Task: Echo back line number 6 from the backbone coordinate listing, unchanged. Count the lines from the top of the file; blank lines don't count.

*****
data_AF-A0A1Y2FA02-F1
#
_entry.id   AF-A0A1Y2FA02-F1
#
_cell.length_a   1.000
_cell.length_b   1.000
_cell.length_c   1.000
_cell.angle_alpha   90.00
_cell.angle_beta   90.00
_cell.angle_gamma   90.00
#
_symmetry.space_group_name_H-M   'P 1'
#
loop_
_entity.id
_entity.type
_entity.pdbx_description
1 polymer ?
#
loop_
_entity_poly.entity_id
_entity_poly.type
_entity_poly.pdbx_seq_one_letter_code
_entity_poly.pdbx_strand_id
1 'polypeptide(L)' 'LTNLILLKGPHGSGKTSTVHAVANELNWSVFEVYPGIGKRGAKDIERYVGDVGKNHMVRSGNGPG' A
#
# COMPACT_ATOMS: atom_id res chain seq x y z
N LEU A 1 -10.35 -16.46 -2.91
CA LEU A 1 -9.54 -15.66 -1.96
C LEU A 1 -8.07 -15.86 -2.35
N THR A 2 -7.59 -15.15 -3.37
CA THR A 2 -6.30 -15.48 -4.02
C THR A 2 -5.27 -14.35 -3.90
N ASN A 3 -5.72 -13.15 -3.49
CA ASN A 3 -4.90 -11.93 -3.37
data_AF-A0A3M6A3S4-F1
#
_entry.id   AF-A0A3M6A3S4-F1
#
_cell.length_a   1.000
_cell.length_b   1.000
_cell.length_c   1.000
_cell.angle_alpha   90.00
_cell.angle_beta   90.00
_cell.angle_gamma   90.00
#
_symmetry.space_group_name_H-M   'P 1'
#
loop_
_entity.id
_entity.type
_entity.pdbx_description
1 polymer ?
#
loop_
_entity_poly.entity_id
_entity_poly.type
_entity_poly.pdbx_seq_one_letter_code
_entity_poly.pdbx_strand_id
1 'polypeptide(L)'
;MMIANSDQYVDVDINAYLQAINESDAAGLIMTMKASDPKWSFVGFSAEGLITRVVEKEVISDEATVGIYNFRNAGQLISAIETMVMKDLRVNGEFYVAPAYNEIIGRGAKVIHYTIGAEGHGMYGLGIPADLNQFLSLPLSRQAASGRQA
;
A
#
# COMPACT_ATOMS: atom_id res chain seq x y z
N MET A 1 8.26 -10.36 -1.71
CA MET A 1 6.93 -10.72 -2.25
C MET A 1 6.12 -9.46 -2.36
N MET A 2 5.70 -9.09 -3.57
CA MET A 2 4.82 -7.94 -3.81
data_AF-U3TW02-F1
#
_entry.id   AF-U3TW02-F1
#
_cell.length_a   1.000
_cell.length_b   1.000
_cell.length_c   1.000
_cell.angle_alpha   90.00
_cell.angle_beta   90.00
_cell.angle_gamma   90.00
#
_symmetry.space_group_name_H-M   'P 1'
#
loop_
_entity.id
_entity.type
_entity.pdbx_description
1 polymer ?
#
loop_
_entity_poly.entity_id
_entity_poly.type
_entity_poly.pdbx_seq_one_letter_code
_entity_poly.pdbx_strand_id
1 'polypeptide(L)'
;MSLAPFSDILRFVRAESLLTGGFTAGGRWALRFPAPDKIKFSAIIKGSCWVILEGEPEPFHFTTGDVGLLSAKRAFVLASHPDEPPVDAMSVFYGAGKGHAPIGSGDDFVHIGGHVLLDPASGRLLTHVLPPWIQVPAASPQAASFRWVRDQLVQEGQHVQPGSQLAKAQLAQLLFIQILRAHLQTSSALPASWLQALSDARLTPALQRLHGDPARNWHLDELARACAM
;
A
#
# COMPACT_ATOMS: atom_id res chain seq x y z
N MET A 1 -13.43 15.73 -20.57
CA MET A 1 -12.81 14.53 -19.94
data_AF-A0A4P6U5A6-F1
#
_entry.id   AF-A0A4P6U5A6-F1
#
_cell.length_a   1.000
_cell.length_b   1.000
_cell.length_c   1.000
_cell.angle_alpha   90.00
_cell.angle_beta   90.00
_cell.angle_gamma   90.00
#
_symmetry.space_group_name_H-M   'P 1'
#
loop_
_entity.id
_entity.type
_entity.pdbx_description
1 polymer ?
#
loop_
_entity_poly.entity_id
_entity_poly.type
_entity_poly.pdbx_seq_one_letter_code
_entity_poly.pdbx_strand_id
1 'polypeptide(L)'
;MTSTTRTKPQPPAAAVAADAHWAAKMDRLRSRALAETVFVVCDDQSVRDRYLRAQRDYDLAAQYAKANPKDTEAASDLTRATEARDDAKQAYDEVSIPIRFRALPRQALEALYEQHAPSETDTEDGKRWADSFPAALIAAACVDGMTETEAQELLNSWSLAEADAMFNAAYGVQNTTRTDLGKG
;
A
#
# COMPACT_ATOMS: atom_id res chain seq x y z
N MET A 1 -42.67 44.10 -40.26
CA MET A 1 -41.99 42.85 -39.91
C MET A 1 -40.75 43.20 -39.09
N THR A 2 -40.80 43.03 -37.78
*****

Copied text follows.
_cell.length_b   1.000